Nassau County Voters Reject Coliseum Plan
Tuesday, August 02, 2011
Nassau County voters have defeated a plan that would have allowed the county to use $400 million to redevelop the Nassau Veterans Memorial Coliseum and surrounding area on Long Island, which is home to the New York Islanders hockey team.
Election officials said some 160,000 ballots were cast, with 56 percent of voters voting against the plan. The county's Democratic Elections Commissioner, William Biamonte, said voters saw the plan as a tax increase, and weren't buying it. He also said voters weren't happy about the referendum date set by the project's boosters, who include County Executive Ed Mangano.
"That they scheduled this on a Monday, on August 1, in the summer, resonated with voters," Biamonte said. "They saw this as a voter suppression effort, to try to tilt their vote in the 'yes' column, and I think that hurt their credibility."
Biamonte said the message was clear. "People saw it as something that was being, you know, sneaked passed them in an un-Democratic way, and that undermined what they were trying to sell."
Others feel the defeat ultimately came down to partisan politics. Eric Alexander, the executive director of Vision Long Island, a non-profit advocacy group that supported the renovation. He said Democrats opposed the project because it wasn't their proposal.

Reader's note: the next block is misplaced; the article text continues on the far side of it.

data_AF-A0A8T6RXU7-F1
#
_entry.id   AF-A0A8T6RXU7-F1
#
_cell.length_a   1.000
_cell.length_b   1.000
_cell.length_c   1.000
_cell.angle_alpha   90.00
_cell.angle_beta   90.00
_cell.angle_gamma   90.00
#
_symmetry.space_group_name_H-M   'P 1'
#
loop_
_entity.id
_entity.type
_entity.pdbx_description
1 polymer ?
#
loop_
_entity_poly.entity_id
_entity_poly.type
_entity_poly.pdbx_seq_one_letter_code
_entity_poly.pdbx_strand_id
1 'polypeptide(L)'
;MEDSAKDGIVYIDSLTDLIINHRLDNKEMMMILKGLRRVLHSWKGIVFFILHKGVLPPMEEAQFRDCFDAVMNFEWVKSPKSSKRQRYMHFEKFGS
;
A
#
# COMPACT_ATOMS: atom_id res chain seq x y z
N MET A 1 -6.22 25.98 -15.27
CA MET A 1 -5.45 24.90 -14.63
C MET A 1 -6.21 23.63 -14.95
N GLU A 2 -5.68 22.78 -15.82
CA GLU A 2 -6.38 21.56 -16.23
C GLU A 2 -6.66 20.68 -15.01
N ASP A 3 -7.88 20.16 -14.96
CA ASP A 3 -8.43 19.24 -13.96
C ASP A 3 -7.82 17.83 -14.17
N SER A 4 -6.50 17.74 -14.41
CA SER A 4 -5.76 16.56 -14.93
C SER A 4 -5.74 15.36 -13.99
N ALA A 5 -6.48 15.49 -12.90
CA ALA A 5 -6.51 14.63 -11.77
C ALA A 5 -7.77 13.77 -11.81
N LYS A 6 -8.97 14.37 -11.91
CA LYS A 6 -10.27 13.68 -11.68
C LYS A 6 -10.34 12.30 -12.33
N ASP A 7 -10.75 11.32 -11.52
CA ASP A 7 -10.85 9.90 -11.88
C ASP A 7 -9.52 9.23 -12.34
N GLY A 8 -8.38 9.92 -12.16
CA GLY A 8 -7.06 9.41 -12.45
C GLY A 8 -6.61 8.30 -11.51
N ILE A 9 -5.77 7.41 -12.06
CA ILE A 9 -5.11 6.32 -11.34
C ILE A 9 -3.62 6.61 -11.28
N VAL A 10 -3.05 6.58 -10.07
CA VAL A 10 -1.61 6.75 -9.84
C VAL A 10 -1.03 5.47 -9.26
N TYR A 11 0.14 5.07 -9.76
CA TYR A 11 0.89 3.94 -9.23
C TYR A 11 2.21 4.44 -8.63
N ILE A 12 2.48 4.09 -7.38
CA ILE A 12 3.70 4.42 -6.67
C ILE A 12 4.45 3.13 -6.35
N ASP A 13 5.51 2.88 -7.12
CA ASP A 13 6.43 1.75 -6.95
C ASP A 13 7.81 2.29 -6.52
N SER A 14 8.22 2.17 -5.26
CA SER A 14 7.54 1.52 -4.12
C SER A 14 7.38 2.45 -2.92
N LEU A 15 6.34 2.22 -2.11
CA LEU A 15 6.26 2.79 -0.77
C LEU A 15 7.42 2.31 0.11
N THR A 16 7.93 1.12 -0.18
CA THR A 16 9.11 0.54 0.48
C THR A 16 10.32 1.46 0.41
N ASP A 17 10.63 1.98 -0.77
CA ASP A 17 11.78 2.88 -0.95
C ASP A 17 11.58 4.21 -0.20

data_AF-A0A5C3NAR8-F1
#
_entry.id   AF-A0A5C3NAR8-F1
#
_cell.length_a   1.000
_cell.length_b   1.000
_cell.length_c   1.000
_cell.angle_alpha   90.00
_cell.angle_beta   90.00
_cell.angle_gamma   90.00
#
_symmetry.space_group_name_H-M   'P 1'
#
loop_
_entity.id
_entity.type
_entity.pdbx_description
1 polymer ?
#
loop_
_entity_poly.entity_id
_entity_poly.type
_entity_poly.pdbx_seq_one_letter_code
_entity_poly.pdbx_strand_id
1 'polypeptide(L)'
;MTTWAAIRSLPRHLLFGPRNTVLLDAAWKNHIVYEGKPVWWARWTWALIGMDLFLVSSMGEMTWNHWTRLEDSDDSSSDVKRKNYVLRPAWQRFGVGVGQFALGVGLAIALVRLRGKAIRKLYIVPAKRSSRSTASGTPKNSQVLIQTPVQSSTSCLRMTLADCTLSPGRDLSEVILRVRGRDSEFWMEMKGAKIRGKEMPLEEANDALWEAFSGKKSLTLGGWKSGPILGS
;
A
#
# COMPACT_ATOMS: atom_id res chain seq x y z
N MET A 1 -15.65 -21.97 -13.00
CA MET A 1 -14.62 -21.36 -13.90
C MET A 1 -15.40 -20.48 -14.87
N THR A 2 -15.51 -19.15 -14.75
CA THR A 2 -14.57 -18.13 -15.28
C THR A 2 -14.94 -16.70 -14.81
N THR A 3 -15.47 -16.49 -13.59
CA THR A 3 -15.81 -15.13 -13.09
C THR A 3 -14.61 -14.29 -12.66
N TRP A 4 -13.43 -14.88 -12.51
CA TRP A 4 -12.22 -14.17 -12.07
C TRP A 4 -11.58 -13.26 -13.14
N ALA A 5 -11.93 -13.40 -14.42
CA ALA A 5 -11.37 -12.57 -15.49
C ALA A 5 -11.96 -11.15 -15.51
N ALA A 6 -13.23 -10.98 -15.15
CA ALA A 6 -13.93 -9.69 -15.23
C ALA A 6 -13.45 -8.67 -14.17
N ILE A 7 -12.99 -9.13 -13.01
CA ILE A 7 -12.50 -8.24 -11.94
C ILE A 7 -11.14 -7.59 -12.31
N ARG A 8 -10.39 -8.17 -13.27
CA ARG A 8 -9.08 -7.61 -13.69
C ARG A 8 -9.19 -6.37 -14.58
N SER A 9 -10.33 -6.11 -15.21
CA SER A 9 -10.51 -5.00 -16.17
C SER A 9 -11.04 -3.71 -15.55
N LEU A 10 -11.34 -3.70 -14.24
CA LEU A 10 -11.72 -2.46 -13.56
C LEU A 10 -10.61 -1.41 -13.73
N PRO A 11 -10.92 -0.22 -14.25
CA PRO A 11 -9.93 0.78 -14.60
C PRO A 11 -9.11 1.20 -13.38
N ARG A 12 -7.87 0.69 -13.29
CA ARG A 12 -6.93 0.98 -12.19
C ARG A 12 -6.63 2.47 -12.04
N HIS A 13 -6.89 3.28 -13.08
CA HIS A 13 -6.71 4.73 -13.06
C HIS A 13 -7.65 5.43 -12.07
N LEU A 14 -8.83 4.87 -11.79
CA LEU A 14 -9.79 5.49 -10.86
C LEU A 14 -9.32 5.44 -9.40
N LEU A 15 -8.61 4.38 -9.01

"It really ended up being a Democrat and Republican thing, unfortunately," Alexander said.
Alexander said Nassau County residents also preferred the previous Lighthouse plan, which would have been privately paid for by developer Charles Wang, who owns the New York Islanders. But that proposal had a hard time getting past local lawmakers.
Supporters of the most recent proposal said it would have brought jobs and revenue to the financially-struggling county. Nassau County residents pay the highest property taxes in the nation. The county also faces fiscal trouble, and control of its finances is now in the hands of a state panel, the Nassau County Interim Finance Authority.
Some opponents objected to the idea of using county money to fund the project, which would have included a minor league baseball field.
Jim Castellane, of the Nassau/Suffolk Building and Construction Trades Council, said voters were also worried about property taxes.
"When you tell people on fixed incomes that their taxes are going to go up, that's something that scares them very much," Castellane said.
The Nassau County Interim Finance Authority said property taxes could go up as much as $58 per household a year under the plan.
The future of the Coliseum and the New York Islanders remains in doubt. The team's contract expires in 2015, and it's unclear whether they will chose to stay at the stadium as it is now. County Executive Ed Mangano has already issued a new request for proposals to develop the site.
Tracie Hunte contributed to this report.